Get Started with Windows Phone 8 Lenses

Get Started with Windows Phone 8 Lenses

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From the very beginning, as you’ve no doubt heard us say, Windows Phone has been about delivering outstanding experiences to end users and giving developers contextually relevant mechanisms to expose their offerings, so that apps aren’t hidden deep on the fifth page of a grid of icons never to be used again. Instead, we’ve built in extensibility points throughout our OS so that end users see your apps when they’re relevant, giving you a better opportunity to develop a relationship with your users.

One of the ways we’re expanding on this approach in Windows Phone 8 is with the new Lenses feature. Lenses enable developers to do something that can’t be done on any other platform: extend the native camera viewfinder of the phone. The camera application space is currently a hotbed of innovation; our Lenses feature makes Windows Phone a compelling place to build these types of apps.

For users, lenses are presented as an option every time they use the camera on their phone. Lenses give users a contextually relevant way to access your photo manipulation apps. From the lens space in the UI, users can directly access a listing of lens apps in the Windows Phone Store.





User clicks on lens button to bring up
available lenses, or find more




Here are a few examples of the lens feature in a few prominent apps on Windows Phone 8:

  • Bing Translator: frame foreign words in the camera viewfinder, and get instant translations.
  • Cam Wow: real-time camera filters and effects.
  • ReadyClick: use your voice to activate the camera shutter.

We’ve produced quite a few resources to help you get started building Lens applications today:

Lenses are a perfect example of how the underlying philosophy of Windows Phone translates in to real tangible ways in which you can innovate, build, and publish outstanding apps in ways that can’t quite be done on the other platforms.

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  • and if you look at the free version of zombies night out

    160.000 downloads and from our ads shows that are a round 1000 people play every day

    the buy version with no trail ,, a round 20 to 50 download every day, and our ads segement for the version shows a round 100 players every day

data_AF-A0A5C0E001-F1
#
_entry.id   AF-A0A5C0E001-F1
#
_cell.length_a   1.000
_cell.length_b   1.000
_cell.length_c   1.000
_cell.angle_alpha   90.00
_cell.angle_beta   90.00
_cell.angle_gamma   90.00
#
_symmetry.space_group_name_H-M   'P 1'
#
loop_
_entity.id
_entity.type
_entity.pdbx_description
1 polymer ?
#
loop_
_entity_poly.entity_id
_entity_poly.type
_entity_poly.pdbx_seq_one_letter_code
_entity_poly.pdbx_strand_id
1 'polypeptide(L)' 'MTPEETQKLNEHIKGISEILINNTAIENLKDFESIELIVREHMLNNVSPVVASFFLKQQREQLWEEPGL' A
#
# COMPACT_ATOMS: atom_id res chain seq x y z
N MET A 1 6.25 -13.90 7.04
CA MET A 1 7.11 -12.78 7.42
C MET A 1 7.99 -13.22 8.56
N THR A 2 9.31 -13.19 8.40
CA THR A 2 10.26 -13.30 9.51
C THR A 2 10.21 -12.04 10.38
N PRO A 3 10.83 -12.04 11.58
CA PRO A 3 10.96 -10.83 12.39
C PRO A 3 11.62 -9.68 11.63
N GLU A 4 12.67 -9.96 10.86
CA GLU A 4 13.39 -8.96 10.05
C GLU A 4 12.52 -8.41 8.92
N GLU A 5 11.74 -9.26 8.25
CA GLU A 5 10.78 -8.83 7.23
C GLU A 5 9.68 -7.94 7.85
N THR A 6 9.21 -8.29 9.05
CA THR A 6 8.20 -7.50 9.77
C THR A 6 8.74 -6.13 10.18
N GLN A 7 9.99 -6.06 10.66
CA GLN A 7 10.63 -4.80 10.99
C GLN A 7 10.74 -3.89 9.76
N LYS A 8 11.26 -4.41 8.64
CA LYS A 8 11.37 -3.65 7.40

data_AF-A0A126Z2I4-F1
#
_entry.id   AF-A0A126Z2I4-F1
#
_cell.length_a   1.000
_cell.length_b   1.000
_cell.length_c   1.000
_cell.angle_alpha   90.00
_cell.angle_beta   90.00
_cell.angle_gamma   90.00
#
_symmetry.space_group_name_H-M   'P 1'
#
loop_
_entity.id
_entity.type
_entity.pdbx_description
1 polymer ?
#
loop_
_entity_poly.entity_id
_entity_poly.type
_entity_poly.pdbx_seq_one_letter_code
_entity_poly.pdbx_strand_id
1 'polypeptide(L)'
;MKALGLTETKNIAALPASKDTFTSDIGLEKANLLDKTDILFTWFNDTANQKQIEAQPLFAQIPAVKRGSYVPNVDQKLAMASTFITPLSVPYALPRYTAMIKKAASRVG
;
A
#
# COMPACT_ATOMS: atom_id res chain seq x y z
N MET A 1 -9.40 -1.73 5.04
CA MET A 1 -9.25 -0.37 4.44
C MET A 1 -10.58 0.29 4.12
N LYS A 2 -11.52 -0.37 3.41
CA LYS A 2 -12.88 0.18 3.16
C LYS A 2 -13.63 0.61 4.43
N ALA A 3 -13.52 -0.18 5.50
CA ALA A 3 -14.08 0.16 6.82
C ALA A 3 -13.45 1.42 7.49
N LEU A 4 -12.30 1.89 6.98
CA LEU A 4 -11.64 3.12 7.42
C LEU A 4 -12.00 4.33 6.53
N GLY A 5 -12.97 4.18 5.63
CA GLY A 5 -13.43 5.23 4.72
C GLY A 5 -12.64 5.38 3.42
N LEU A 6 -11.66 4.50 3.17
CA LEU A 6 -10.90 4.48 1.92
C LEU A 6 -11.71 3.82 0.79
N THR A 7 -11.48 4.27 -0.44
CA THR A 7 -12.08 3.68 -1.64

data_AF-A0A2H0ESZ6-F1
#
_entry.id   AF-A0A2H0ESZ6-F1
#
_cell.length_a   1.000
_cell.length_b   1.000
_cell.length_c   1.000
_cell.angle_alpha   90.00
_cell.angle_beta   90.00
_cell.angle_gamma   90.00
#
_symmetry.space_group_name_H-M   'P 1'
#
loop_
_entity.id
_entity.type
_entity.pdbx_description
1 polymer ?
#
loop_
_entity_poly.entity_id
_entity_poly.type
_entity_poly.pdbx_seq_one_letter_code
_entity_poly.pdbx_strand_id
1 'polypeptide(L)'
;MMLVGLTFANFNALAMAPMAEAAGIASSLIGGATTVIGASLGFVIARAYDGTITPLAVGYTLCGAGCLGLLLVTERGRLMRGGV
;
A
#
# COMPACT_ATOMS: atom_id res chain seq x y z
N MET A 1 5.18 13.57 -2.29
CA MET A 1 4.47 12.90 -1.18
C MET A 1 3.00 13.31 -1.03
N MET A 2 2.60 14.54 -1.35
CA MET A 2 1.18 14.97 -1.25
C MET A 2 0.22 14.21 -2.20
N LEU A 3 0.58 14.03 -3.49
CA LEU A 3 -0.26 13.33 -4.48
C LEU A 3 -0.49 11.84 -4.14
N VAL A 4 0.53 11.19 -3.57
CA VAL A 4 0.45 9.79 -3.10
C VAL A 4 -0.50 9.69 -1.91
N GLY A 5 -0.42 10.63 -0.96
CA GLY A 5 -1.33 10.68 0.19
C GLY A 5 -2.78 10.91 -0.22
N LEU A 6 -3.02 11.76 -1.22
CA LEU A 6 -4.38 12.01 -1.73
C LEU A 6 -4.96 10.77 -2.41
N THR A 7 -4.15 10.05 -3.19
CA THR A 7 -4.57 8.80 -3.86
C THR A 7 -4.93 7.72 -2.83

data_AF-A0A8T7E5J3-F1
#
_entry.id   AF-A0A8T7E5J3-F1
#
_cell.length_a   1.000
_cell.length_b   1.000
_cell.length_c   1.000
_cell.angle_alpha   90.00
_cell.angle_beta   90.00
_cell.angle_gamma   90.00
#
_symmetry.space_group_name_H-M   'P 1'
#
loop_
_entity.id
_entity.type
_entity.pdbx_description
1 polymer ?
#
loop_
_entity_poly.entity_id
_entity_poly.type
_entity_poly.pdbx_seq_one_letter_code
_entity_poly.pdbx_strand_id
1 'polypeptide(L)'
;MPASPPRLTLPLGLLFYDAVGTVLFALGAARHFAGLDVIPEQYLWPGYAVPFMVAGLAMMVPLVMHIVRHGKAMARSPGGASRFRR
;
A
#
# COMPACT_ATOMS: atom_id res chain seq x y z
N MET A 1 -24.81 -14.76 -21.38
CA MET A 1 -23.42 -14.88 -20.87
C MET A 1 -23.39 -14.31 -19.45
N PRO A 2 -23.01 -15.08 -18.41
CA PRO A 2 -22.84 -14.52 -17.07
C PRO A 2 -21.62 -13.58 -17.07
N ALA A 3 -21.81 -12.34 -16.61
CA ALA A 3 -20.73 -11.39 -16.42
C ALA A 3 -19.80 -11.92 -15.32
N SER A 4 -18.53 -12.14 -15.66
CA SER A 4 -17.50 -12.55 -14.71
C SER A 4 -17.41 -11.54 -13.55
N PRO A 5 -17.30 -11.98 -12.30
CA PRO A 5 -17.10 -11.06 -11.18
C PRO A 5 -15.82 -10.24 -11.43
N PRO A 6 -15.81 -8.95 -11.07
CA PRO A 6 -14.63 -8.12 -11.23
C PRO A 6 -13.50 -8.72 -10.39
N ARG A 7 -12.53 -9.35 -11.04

hope you fix this soon,

    Michael Hansen

  • what we do not understand is this there have benn 15.000 download of our game wicth has no trail ,, you can only buy this version

    but yet you only report sold 223 copys ,,

    so this is not possible ,, is it

    take a look at zombies night out

    what shall we do , i written to the apphub support last year and this year , and the answher is this

    you can not do any thing about it we are still wating

    and one of your employ sugested that is was lying , but no

    by the way you have recorded the conversasion os you start out in the beginning of the phone call says

    we are still wating ,,

    how manny developers you cheating out of revenue

    hope you fix this soon ,, and start paying out


  • what are you doing to developere microsoft

    i see you are still in the bussiness of killing smal town developers

    how low can you go

  • As a user, how do I remove available lenses? I don't want to see cnn iReport in my lenses list.

  • Hoosier
    2 Posts

    I promise not to troll the site about this (after this post), but a friend just ran into a limitation of Windows Phone 8 that is pretty embarrassing and goes against the spirit of this post claiming "Windows Phone has been about delivering outstanding experiences."  The problem is described here:

    A friend with Windows Phone 8 tries to download and play a WAV voicemail file from an email but gets a message that the phone can't play the file.  I try playing the same file on my Windows Phone 7.5 device, and it works fine.  That's egg on both of our faces.  Me recommending the phone and the friend buying the phone.  Although I considered myself a Window Phone fan, I agree with the poster in the Suggestion Box that this is what returns are for.

    Why would Microsoft remove support for common codecs in Windows Phone 8?  If this is an oversight, I'd urge you to respond quickly.  Otherwise, I'd like an explanation on why Windows Phone 8 is bucking the trend and making things difficult for end users and developers alike.